Nyah Nyah, My Broadband Network's Better Than Yours

from the not-done-spending-yet dept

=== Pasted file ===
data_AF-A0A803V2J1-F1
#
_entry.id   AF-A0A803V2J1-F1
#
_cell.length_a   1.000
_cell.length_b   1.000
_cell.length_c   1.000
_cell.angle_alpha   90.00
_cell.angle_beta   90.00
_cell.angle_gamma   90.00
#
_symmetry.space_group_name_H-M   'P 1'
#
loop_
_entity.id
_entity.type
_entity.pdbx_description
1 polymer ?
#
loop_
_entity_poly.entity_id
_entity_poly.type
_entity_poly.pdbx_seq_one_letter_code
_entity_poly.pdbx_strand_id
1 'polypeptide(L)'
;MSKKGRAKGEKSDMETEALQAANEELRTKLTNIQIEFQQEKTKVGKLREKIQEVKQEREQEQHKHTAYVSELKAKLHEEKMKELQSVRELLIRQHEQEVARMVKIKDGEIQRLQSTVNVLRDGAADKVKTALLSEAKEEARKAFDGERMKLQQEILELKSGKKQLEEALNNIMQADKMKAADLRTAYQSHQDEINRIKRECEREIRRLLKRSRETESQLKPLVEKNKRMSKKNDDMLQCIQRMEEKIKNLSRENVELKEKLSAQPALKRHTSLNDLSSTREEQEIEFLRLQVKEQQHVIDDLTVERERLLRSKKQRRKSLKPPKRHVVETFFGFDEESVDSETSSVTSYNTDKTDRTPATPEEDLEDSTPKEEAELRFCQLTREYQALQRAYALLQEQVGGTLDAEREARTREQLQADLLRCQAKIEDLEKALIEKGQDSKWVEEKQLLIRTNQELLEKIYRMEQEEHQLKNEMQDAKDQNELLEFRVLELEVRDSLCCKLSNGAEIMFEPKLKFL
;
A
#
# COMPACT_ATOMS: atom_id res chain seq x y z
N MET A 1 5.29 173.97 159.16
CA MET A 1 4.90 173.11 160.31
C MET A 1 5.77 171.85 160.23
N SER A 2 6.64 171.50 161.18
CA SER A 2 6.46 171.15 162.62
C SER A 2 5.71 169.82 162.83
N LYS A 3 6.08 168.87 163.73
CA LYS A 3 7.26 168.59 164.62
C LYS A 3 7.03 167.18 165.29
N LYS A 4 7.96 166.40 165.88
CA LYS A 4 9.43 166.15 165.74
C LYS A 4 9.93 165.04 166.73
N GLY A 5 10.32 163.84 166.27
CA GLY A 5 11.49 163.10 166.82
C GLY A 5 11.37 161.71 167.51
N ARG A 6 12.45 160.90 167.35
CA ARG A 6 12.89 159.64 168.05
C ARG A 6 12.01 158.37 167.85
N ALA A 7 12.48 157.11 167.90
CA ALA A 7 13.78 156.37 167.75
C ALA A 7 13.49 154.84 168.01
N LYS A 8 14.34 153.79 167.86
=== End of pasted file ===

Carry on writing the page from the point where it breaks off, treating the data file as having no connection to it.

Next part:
Cable companies have been telling shareholders for some time that their broadband networks are robust enough that they’ll be able to hold down capital expenditures, while telcos have worried investors with the billions they’re shelling out to lay fiber up and down the country. But a new internal report from the cable industry warns that it too may have to make major network upgrades to match what the telcos are now doing. Of course, the cable industry is already in full spin mode, arguing that the report was purely speculative, and that it will be able to compete with its existing infrastructure. But there may be something of an Intel vs. AMD dynamic going on. Both companies would love to slow down on R&D, and you could argue that most people rarely use their processors anywhere close to full capacity. Yet neither side can afford to be perceived as trailing the other, in terms of performance. When it comes to their competitors, the cable companies might claim that the speeds afforded by fiber aren’t necessary and won’t add much to performance, but that’s not the point of this arms race. Neither side wants to have the less-advanced network, or be seen as being behind. The broadband providers keep insisting that there is plenty of competition in their industry; maybe that’s more true than they realize.